Can it also be used as a one-time encryption scheme?
You cannot build asymmetric encryption from just hash functions. There is an impossibility proof for that. So for asymmetric encryption the answer is no. See Merkle Puzzles are Optimal - Boaz Barak, Mohammad Mahmoody-Ghidary for the proof.
For symmetric encryption, you can simply use the hash function directly to build encryption, no need to bother with Winternitz.
But you could use quantum-key-exchange together with hash based signatures to achieve something similar to asymmetric encryption.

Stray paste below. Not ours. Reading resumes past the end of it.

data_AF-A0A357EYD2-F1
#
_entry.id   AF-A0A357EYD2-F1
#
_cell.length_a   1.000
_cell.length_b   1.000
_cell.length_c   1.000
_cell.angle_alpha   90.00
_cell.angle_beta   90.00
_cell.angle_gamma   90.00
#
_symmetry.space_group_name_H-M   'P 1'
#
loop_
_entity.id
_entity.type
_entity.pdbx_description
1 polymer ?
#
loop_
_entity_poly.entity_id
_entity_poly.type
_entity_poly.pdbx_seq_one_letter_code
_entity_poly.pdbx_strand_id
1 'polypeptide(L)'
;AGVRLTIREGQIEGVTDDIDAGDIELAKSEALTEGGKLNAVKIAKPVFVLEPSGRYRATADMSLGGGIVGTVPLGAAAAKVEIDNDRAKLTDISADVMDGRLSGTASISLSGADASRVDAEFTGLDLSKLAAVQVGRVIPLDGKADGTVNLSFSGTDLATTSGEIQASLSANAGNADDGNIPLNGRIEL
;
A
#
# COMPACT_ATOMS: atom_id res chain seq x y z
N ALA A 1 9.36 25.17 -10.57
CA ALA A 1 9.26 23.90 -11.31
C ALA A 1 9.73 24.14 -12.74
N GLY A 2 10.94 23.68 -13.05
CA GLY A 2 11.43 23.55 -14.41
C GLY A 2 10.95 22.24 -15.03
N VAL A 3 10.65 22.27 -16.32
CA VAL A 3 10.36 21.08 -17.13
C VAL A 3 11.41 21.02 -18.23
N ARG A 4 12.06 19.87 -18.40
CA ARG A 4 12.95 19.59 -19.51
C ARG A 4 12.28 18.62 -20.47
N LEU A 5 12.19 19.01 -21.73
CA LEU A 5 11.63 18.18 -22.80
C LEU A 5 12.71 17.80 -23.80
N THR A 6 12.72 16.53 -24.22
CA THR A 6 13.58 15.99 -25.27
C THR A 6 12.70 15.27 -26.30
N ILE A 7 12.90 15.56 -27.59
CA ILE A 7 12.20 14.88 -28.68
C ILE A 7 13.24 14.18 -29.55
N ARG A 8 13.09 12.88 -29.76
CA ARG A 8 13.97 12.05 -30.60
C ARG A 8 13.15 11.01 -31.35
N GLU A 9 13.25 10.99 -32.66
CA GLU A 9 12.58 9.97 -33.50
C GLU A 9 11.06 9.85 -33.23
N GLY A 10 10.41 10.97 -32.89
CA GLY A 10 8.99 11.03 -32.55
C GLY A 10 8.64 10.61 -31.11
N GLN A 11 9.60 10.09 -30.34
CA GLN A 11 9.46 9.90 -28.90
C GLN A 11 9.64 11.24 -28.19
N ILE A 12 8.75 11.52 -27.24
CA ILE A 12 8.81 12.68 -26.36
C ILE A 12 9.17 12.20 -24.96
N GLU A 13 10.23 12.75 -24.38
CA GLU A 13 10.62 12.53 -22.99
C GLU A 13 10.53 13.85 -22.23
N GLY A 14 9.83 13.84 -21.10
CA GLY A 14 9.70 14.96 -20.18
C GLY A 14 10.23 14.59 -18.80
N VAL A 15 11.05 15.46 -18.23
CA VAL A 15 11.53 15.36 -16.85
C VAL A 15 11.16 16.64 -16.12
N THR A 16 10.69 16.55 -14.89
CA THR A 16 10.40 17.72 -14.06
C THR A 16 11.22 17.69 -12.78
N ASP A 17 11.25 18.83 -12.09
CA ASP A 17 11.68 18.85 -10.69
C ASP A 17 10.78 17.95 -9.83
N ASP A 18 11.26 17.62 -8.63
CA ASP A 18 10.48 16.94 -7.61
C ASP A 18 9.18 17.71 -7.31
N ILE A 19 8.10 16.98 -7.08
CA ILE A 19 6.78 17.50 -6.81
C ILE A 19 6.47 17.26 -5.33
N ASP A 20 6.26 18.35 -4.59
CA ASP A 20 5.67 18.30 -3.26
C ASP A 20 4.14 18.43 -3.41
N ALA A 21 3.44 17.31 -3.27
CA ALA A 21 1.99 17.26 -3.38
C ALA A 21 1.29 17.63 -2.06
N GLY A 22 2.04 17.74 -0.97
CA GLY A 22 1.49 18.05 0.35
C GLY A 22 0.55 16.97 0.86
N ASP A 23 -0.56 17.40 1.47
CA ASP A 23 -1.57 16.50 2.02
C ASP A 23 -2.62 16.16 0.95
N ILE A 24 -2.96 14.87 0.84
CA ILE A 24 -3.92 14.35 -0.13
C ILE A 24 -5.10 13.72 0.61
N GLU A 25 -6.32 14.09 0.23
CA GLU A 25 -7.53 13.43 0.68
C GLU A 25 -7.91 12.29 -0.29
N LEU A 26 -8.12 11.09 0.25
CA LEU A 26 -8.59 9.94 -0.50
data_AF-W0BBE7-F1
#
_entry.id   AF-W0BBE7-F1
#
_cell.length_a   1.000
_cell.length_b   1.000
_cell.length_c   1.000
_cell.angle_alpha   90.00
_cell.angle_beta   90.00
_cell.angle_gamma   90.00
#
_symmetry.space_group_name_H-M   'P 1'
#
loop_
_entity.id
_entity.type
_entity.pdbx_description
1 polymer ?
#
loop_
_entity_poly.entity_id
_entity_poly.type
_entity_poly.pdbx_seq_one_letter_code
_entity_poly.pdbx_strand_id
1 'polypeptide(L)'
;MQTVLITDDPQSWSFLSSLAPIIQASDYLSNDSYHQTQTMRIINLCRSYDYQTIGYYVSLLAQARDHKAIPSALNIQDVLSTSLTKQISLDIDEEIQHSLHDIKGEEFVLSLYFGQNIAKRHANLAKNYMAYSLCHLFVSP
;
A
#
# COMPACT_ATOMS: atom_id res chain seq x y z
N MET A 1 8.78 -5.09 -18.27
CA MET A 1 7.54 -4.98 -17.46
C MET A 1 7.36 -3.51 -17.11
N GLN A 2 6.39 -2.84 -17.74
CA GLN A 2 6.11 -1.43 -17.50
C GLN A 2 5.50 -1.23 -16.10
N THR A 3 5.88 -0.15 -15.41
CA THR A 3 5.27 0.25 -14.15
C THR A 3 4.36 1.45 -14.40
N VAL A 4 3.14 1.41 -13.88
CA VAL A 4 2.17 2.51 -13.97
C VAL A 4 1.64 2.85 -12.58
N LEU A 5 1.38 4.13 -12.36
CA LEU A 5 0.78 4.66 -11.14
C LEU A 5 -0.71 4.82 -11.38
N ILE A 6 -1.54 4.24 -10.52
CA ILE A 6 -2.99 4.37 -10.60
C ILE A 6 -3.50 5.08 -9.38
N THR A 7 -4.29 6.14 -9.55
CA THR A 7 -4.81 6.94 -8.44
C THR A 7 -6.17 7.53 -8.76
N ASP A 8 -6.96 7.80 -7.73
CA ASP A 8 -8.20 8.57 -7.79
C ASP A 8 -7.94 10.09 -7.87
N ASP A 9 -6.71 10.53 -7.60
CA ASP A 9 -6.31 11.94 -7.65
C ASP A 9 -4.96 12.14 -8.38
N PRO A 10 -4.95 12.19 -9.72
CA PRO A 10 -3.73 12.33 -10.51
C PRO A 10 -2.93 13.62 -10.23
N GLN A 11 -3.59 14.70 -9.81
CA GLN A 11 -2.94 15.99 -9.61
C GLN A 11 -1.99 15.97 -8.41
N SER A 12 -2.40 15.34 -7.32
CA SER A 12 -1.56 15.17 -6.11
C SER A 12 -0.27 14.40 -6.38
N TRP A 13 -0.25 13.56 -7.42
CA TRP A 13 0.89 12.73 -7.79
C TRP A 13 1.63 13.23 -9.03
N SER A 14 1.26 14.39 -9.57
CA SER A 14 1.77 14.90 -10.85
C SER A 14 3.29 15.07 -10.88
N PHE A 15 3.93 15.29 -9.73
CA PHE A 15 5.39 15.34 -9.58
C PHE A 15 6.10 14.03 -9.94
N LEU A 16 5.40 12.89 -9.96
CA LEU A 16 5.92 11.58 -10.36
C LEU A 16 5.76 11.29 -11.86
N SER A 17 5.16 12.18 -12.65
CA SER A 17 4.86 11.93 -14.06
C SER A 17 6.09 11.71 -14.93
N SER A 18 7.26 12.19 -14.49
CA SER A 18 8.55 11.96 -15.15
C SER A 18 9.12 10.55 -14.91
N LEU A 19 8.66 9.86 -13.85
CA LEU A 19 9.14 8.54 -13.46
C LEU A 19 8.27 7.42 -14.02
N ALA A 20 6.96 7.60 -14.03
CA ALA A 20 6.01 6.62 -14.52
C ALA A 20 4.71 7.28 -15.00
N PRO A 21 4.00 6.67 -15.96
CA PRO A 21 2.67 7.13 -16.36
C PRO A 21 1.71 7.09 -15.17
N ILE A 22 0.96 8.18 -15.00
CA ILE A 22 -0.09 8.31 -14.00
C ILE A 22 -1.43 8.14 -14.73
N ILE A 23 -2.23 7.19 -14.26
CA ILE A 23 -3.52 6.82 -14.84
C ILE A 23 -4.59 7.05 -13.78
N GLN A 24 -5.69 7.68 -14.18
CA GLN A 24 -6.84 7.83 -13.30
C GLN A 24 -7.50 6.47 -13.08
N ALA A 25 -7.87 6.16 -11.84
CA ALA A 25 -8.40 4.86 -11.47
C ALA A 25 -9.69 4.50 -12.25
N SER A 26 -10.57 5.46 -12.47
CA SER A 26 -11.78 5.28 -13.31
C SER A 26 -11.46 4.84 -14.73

Concerning many-time signatures
It's straight forward to build stateful many-time signatures from one-time signatures. Just create as many one time keys you need, compute a hash tree over their public keys and public its root. The hash tree allows you to efficiently prove what the nths public key is and proceed with the one-time signature form there.
But if you don't want to keep track of which one-time signatures you already used, you need a stateless many-time signature. It is possible to build stateless hash signatures, but it's a bit trickier. SPHINX is a recent example.